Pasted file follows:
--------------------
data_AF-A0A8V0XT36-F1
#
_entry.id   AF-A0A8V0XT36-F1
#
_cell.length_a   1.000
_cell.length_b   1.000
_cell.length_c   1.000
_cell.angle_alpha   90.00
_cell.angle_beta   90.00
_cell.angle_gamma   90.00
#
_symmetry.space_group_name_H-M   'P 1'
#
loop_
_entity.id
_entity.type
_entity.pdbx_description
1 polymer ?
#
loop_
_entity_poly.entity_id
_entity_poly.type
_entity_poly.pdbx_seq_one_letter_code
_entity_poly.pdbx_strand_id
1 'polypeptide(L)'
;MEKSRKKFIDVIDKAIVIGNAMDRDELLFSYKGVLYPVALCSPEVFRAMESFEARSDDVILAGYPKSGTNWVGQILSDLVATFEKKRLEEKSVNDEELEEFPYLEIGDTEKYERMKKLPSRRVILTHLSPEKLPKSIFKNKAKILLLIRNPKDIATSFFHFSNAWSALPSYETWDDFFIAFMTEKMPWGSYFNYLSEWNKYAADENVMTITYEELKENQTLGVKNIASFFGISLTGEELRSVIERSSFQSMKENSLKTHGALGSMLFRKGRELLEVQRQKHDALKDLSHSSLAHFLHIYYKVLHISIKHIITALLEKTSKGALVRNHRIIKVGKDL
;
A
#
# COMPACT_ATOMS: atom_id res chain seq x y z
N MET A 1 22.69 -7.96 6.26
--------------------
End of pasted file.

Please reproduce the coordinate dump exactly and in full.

data_AF-A0A8V0XT36-F1
#
_entry.id   AF-A0A8V0XT36-F1
#
_cell.length_a   1.000
_cell.length_b   1.000
_cell.length_c   1.000
_cell.angle_alpha   90.00
_cell.angle_beta   90.00
_cell.angle_gamma   90.00
#
_symmetry.space_group_name_H-M   'P 1'
#
loop_
_entity.id
_entity.type
_entity.pdbx_description
1 polymer ?
#
loop_
_entity_poly.entity_id
_entity_poly.type
_entity_poly.pdbx_seq_one_letter_code
_entity_poly.pdbx_strand_id
1 'polypeptide(L)'
;MEKSRKKFIDVIDKAIVIGNAMDRDELLFSYKGVLYPVALCSPEVFRAMESFEARSDDVILAGYPKSGTNWVGQILSDLVATFEKKRLEEKSVNDEELEEFPYLEIGDTEKYERMKKLPSRRVILTHLSPEKLPKSIFKNKAKILLLIRNPKDIATSFFHFSNAWSALPSYETWDDFFIAFMTEKMPWGSYFNYLSEWNKYAADENVMTITYEELKENQTLGVKNIASFFGISLTGEELRSVIERSSFQSMKENSLKTHGALGSMLFRKGRELLEVQRQKHDALKDLSHSSLAHFLHIYYKVLHISIKHIITALLEKTSKGALVRNHRIIKVGKDL
;
A
#
# COMPACT_ATOMS: atom_id res chain seq x y z
N MET A 1 22.69 -7.96 6.26